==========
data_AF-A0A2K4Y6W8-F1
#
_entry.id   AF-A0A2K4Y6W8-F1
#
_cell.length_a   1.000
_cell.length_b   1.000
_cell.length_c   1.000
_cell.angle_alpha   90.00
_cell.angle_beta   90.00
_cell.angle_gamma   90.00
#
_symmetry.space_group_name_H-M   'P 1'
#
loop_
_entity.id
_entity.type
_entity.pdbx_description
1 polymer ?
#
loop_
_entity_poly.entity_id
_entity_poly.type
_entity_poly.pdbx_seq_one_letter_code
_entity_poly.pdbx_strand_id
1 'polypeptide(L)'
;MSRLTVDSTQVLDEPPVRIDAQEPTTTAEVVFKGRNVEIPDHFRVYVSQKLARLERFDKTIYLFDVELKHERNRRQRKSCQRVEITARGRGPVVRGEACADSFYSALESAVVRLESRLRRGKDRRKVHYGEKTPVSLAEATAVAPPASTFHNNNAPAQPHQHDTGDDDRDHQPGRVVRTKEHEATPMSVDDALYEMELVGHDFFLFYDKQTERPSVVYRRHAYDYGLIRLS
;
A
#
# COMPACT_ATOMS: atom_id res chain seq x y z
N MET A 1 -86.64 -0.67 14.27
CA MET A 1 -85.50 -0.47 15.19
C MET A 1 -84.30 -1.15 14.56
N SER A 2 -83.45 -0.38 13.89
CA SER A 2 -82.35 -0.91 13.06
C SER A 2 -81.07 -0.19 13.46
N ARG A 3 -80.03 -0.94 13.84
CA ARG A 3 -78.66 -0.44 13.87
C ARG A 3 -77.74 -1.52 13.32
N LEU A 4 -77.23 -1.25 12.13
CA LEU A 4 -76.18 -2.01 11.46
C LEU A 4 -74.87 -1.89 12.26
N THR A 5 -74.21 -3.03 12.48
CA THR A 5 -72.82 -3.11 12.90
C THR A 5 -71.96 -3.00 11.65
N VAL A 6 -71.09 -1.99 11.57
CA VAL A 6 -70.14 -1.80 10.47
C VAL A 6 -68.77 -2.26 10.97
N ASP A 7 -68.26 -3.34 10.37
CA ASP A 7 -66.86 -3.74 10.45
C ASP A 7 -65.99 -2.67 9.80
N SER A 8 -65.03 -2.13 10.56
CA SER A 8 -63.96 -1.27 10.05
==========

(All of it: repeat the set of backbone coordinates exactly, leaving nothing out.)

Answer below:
data_AF-A0A2K4Y6W8-F1
#
_entry.id   AF-A0A2K4Y6W8-F1
#
_cell.length_a   1.000
_cell.length_b   1.000
_cell.length_c   1.000
_cell.angle_alpha   90.00
_cell.angle_beta   90.00
_cell.angle_gamma   90.00
#
_symmetry.space_group_name_H-M   'P 1'
#
loop_
_entity.id
_entity.type
_entity.pdbx_description
1 polymer ?
#
loop_
_entity_poly.entity_id
_entity_poly.type
_entity_poly.pdbx_seq_one_letter_code
_entity_poly.pdbx_strand_id
1 'polypeptide(L)'
;MSRLTVDSTQVLDEPPVRIDAQEPTTTAEVVFKGRNVEIPDHFRVYVSQKLARLERFDKTIYLFDVELKHERNRRQRKSCQRVEITARGRGPVVRGEACADSFYSALESAVVRLESRLRRGKDRRKVHYGEKTPVSLAEATAVAPPASTFHNNNAPAQPHQHDTGDDDRDHQPGRVVRTKEHEATPMSVDDALYEMELVGHDFFLFYDKQTERPSVVYRRHAYDYGLIRLS
;
A
#
# COMPACT_ATOMS: atom_id res chain seq x y z
N MET A 1 -86.64 -0.67 14.27
CA MET A 1 -85.50 -0.47 15.19
C MET A 1 -84.30 -1.15 14.56
N SER A 2 -83.45 -0.38 13.89
CA SER A 2 -82.35 -0.91 13.06
C SER A 2 -81.07 -0.19 13.46
N ARG A 3 -80.03 -0.94 13.84
CA ARG A 3 -78.66 -0.44 13.87
C ARG A 3 -77.74 -1.52 13.32
N LEU A 4 -77.23 -1.25 12.13
CA LEU A 4 -76.18 -2.01 11.46
C LEU A 4 -74.87 -1.89 12.26
N THR A 5 -74.21 -3.03 12.48
CA THR A 5 -72.82 -3.11 12.90
C THR A 5 -71.96 -3.00 11.65
N VAL A 6 -71.09 -1.99 11.57
CA VAL A 6 -70.14 -1.80 10.47
C VAL A 6 -68.77 -2.26 10.97
N ASP A 7 -68.26 -3.34 10.37
CA ASP A 7 -66.86 -3.74 10.45
C ASP A 7 -65.99 -2.67 9.80
N SER A 8 -65.03 -2.13 10.56
CA SER A 8 -63.96 -1.27 10.05